By now, we’ve spent a heck of a lot of time exploring spiral galaxies.
It makes sense–they’re certainly the most photogenic. Seriously. Do me a favor and do a quick Google search for galaxies. When I did, nearly all the results were spirals…even though spirals are not the most common galaxies in the universe.
There is, of course, another reason we’re so familiar with spirals right now. We dipped our toes in the waters of studying galaxies by exploring our own home galaxy–a reasonable starting point. Our Milky Way just happens to be a spiral.
Well…it doesn’t “just happen” to be a spiral. But we’ll get to the reasons for that…
For now, let’s take a dive into all the different types of galaxies.
Alright, people…time to finish off our exploration of the Milky Way Galaxy, our home in the cosmos!
For the past nine weeks, we’ve covered everything from how our galaxy was “discovered” to how it may have formed. But there’s so much more to explore–and, starting next week, we’ll begin covering the vast universe of galaxies beyond our own!
But before we do that…I want to wrap up our discussion of our own galaxy with an overview to tie the last nine posts together.
(By the way, has anyone noticed I actually managed to chug out a post a week for the entire Milky Way “module”? I’m a bit impressed with myself for that!)
In the vast expanse of the cosmos, the Milky Way Galaxy is our home.
You’ve no doubt seen images of the Milky Way and similar galaxies elsewhere online. It’s a large, spiral galaxy, one of the most spectacular galactic shapes. That spiral shape is fairly iconic–and for years, that’s as far as I thought galaxy classification went.
Turns out, galaxies are way more diverse than just the main three classifications I knew about (spirals, ellipticals, and irregulars). The Milky Way is fully classified as an SBbc: a barred spiral galaxy with a medium-sized nucleus.
Spirals are also described as “grand design” (two distinct spiral arms) or “flocculent” (a sort of fluffy appearance); the Milky Way is somewhere in the middle.
But even those classifications and descriptions don’t fully describe our galaxy.
So what exactly is the structure of the galaxy we call home?
It’s not a sight that most of the developed world gets to see–at least not all the time. Light pollution from major cities completely obscures this view. Even in the suburbs where I live, I can kind of make it out–because I know where to look and what to expect.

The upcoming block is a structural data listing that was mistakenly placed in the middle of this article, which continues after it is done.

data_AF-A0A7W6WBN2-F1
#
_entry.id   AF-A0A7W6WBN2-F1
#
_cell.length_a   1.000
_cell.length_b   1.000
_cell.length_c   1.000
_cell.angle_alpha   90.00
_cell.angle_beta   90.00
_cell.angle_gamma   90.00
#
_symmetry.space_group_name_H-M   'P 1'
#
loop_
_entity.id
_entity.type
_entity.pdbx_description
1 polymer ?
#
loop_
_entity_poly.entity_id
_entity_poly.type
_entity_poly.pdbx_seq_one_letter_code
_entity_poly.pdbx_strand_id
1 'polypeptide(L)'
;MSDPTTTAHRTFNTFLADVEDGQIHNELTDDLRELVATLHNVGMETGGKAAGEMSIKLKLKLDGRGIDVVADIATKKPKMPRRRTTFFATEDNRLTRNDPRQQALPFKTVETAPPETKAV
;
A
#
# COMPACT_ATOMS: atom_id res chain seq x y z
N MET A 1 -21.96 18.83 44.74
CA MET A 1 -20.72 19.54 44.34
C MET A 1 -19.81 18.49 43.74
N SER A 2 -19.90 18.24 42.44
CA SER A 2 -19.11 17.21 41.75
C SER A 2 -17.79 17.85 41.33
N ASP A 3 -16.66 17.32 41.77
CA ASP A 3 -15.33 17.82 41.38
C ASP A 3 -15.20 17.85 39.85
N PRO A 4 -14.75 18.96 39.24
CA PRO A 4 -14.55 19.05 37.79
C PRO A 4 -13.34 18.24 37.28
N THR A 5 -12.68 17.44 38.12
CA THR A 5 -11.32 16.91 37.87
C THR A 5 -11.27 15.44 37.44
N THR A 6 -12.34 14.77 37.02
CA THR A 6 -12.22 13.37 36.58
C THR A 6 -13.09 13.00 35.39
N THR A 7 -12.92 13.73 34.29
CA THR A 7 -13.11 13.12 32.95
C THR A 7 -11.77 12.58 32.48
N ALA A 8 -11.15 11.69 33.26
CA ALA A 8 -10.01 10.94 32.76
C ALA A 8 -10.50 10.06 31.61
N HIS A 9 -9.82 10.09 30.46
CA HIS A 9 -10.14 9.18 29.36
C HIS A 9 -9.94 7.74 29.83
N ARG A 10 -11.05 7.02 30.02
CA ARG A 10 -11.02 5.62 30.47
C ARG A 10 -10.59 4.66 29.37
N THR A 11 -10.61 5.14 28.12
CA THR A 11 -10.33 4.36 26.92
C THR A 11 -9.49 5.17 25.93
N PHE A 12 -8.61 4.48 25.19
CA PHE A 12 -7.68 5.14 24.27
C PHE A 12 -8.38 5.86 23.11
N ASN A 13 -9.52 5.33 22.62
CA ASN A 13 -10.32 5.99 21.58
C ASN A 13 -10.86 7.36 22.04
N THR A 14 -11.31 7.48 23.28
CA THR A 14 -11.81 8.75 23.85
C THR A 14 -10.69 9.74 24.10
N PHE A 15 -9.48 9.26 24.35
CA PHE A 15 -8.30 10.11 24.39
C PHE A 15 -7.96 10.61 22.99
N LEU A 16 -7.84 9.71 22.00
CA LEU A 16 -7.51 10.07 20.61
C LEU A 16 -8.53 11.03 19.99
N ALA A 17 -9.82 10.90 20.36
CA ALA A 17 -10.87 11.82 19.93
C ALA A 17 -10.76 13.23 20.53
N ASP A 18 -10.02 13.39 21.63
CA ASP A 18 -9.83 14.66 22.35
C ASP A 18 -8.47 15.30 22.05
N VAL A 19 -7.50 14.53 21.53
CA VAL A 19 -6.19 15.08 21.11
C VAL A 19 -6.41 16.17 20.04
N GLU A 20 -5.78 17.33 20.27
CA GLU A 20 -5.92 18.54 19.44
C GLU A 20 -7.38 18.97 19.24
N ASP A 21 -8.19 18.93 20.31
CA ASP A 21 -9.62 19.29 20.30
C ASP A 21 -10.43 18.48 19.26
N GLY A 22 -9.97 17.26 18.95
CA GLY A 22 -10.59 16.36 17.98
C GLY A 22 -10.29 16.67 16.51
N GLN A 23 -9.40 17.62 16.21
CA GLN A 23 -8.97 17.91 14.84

The best way to really see it is to head out into the desert. Or the open ocean. Really, any place that’s a bit geographically removed from civilization. Growing up, Joshua Tree National Park was always my go-to for dark skies.
Even on an exceptionally dark night, though, you won’t necessarily see this. You’ll definitely be wowed by the vast, bright sprinkling of stars overhead, more than you ever see under less than ideal conditions. But the image above was taken with a long exposure.
That is, the camera shutter remained open for a while to collect more light for one image than your eyes ever will. You and I pretty much only see one image per moment.
To those who don’t, it probably looks like a pretty unimpressive, blurry ring. In fact, this is the first ever image of a black hole, taken with an interferometer the size of the Earth.
If you’re a science geek, you’ve no doubt seen tons of artists’ conceptions of black holes on the internet. Most use a great deal of artistic license. Some of my favorite “images” of black holes used to be the ones that look like ripples in the fabric of space. Imagine my disappointment when I realized that’s not the case at all.
Black holes are singularities—infinitely dense places of zero radius with at least 3 M☉ (solar masses) of star stuff—surrounded by an event horizon, inside of which gravity is so strong that even light cannot escape. That’s why it’s called a black hole.
But they are not “holes” in the usual sense. They are not giant space potholes that you can easily stumble into, and you certainly don’t fall into them the same way you would a pothole.